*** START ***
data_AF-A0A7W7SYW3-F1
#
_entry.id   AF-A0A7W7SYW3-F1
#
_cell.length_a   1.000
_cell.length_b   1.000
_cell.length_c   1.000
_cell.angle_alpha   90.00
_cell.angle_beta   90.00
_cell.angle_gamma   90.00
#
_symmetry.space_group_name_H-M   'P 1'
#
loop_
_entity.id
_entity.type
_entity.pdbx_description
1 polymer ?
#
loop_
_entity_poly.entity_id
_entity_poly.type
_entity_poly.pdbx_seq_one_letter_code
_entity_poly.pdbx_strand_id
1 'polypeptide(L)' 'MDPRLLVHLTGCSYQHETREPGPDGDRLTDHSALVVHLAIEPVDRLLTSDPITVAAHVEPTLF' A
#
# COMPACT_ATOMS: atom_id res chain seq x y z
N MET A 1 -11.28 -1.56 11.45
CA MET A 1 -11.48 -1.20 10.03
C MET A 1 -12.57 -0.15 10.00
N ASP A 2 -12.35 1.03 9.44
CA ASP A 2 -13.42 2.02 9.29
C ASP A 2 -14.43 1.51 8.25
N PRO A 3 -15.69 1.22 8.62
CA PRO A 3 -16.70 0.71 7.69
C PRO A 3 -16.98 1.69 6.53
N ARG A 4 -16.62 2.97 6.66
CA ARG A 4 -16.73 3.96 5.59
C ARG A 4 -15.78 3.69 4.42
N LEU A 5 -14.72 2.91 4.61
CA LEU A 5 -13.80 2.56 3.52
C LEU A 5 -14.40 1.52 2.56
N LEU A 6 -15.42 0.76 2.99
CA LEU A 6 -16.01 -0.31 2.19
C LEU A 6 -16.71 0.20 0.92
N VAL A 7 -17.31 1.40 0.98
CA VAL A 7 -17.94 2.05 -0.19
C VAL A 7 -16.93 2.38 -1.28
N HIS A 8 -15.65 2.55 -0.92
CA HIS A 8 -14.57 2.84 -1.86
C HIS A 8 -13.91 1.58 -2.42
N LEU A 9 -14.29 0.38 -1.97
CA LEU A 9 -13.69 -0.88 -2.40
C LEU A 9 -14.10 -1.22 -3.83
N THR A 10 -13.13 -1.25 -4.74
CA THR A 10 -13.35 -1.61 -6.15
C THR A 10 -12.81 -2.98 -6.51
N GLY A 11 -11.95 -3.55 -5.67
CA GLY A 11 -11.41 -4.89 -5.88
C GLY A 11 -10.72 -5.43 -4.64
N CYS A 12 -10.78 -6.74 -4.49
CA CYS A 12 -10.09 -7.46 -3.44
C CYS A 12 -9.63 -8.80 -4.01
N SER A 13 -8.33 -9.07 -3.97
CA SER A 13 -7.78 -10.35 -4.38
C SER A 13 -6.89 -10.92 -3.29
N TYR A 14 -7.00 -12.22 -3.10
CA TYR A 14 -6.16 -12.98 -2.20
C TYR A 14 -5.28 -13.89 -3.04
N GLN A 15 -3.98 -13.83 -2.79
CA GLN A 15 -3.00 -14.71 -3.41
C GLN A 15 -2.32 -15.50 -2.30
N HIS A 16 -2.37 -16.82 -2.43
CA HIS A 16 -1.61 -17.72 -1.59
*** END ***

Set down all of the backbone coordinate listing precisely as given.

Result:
data_AF-A0A7W7SYW3-F1
#
_entry.id   AF-A0A7W7SYW3-F1
#
_cell.length_a   1.000
_cell.length_b   1.000
_cell.length_c   1.000
_cell.angle_alpha   90.00
_cell.angle_beta   90.00
_cell.angle_gamma   90.00
#
_symmetry.space_group_name_H-M   'P 1'
#
loop_
_entity.id
_entity.type
_entity.pdbx_description
1 polymer ?
#
loop_
_entity_poly.entity_id
_entity_poly.type
_entity_poly.pdbx_seq_one_letter_code
_entity_poly.pdbx_strand_id
1 'polypeptide(L)' 'MDPRLLVHLTGCSYQHETREPGPDGDRLTDHSALVVHLAIEPVDRLLTSDPITVAAHVEPTLF' A
#
# COMPACT_ATOMS: atom_id res chain seq x y z
N MET A 1 -11.28 -1.56 11.45
CA MET A 1 -11.48 -1.20 10.03
C MET A 1 -12.57 -0.15 10.00
N ASP A 2 -12.35 1.03 9.44
CA ASP A 2 -13.42 2.02 9.29
C ASP A 2 -14.43 1.51 8.25
N PRO A 3 -15.69 1.22 8.62
CA PRO A 3 -16.70 0.71 7.69
C PRO A 3 -16.98 1.69 6.53
N ARG A 4 -16.62 2.97 6.66
CA ARG A 4 -16.73 3.96 5.59
C ARG A 4 -15.78 3.69 4.42
N LEU A 5 -14.72 2.91 4.61
CA LEU A 5 -13.80 2.56 3.52
C LEU A 5 -14.40 1.52 2.56
N LEU A 6 -15.42 0.76 2.99
CA LEU A 6 -16.01 -0.31 2.19
C LEU A 6 -16.71 0.20 0.92
N VAL A 7 -17.31 1.40 0.98
CA VAL A 7 -17.94 2.05 -0.19
C VAL A 7 -16.93 2.38 -1.28
N HIS A 8 -15.65 2.55 -0.92
CA HIS A 8 -14.57 2.84 -1.86
C HIS A 8 -13.91 1.58 -2.42
N LEU A 9 -14.29 0.38 -1.97
CA LEU A 9 -13.69 -0.88 -2.40
C LEU A 9 -14.10 -1.22 -3.83
N THR A 10 -13.13 -1.25 -4.74
CA THR A 10 -13.35 -1.61 -6.15
C THR A 10 -12.81 -2.98 -6.51
N GLY A 11 -11.95 -3.55 -5.67
CA GLY A 11 -11.41 -4.89 -5.88
C GLY A 11 -10.72 -5.43 -4.64
N CYS A 12 -10.78 -6.74 -4.49
CA CYS A 12 -10.09 -7.46 -3.44
C CYS A 12 -9.63 -8.80 -4.01
N SER A 13 -8.33 -9.07 -3.97
CA SER A 13 -7.78 -10.35 -4.38
C SER A 13 -6.89 -10.92 -3.29
N TYR A 14 -7.00 -12.22 -3.10
CA TYR A 14 -6.16 -12.98 -2.20
C TYR A 14 -5.28 -13.89 -3.04
N GLN A 15 -3.98 -13.83 -2.79
CA GLN A 15 -3.00 -14.71 -3.41
C GLN A 15 -2.32 -15.50 -2.30
N HIS A 16 -2.37 -16.82 -2.43
CA HIS A 16 -1.61 -17.72 -1.59